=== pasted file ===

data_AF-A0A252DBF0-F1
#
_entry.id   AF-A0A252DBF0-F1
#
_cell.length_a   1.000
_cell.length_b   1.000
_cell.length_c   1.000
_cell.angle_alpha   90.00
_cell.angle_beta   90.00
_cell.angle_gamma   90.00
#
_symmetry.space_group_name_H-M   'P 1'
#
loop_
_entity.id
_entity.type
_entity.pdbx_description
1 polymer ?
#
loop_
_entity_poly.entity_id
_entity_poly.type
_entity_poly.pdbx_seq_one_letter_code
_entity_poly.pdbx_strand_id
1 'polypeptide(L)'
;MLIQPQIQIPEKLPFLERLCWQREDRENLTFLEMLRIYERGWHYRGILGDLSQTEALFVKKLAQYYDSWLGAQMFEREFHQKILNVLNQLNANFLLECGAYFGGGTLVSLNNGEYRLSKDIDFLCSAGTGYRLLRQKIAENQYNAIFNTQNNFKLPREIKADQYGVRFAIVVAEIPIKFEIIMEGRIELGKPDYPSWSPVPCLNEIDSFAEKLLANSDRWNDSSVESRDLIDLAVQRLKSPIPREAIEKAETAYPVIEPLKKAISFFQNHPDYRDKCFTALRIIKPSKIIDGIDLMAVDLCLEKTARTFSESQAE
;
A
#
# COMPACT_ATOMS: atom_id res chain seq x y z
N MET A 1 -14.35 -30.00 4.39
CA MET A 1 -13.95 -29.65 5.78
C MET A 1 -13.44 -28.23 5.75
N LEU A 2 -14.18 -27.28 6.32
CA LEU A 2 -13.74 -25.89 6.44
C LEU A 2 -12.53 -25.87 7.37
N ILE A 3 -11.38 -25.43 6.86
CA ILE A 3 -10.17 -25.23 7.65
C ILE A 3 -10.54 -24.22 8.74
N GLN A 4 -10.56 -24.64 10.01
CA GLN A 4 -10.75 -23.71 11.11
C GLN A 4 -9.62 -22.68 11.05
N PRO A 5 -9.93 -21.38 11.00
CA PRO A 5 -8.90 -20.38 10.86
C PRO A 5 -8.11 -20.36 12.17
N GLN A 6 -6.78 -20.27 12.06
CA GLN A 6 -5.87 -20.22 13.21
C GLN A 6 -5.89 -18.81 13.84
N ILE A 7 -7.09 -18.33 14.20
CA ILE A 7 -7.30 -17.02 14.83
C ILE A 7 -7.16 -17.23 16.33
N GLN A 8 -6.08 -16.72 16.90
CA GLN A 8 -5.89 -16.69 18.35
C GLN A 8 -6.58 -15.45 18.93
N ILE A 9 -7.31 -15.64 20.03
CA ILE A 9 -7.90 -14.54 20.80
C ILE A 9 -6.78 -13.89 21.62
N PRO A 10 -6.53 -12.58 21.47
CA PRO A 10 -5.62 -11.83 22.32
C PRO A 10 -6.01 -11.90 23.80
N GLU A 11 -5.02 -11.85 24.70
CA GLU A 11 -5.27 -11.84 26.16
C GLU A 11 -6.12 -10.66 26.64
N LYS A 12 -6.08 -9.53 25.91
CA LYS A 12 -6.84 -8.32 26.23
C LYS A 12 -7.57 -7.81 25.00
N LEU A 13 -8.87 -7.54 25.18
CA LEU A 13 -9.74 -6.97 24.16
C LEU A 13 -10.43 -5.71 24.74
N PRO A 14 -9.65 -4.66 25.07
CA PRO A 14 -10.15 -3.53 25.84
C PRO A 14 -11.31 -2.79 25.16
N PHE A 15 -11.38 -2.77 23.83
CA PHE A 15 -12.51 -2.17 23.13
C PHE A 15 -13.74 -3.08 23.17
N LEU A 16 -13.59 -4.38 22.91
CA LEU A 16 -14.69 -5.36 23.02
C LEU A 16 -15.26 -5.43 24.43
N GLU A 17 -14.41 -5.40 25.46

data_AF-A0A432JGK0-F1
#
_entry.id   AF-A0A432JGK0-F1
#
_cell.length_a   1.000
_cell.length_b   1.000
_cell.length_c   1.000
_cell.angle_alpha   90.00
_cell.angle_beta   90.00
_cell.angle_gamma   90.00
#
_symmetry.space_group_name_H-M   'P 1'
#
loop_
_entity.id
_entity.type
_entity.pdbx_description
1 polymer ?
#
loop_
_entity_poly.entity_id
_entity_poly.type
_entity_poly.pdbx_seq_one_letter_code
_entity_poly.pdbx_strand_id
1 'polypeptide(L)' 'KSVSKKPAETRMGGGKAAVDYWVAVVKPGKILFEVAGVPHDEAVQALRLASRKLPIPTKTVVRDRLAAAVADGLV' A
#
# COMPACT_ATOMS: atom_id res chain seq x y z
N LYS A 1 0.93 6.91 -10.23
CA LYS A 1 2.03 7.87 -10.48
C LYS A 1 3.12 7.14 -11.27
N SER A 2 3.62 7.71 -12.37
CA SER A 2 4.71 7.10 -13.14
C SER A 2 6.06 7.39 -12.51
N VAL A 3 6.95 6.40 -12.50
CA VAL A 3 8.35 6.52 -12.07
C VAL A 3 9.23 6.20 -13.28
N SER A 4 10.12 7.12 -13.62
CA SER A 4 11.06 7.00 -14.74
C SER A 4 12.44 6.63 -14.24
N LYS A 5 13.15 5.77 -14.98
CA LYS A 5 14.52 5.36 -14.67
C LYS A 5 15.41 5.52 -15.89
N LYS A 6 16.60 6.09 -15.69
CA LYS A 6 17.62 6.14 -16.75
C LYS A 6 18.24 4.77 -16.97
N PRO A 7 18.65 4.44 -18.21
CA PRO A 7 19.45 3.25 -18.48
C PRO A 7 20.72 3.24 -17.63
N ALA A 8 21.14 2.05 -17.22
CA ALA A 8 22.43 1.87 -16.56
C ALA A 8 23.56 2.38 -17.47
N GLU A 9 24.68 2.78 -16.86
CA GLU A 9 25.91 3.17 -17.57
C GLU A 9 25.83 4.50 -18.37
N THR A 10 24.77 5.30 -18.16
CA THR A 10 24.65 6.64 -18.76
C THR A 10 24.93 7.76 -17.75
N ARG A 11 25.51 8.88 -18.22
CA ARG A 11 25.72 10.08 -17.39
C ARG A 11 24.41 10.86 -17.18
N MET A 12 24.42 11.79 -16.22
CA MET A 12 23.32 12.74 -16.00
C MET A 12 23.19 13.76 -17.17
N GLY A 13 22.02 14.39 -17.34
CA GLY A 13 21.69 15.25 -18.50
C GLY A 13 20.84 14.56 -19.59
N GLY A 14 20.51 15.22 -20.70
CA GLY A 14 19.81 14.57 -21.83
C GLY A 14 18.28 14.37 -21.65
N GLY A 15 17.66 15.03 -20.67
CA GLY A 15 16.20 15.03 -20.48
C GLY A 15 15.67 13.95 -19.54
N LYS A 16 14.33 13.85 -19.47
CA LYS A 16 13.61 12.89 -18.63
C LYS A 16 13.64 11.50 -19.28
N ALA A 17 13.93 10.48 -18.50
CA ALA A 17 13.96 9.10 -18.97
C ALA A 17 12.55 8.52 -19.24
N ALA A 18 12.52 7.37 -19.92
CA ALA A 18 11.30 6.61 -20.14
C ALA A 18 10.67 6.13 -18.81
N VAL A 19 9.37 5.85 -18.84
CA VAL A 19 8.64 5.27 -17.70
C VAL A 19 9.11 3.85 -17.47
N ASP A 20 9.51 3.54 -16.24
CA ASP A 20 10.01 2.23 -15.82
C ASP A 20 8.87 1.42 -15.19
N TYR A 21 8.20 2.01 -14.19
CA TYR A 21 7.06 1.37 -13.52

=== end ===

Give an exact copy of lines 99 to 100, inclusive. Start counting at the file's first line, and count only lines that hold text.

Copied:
loop_
_entity_poly.entity_id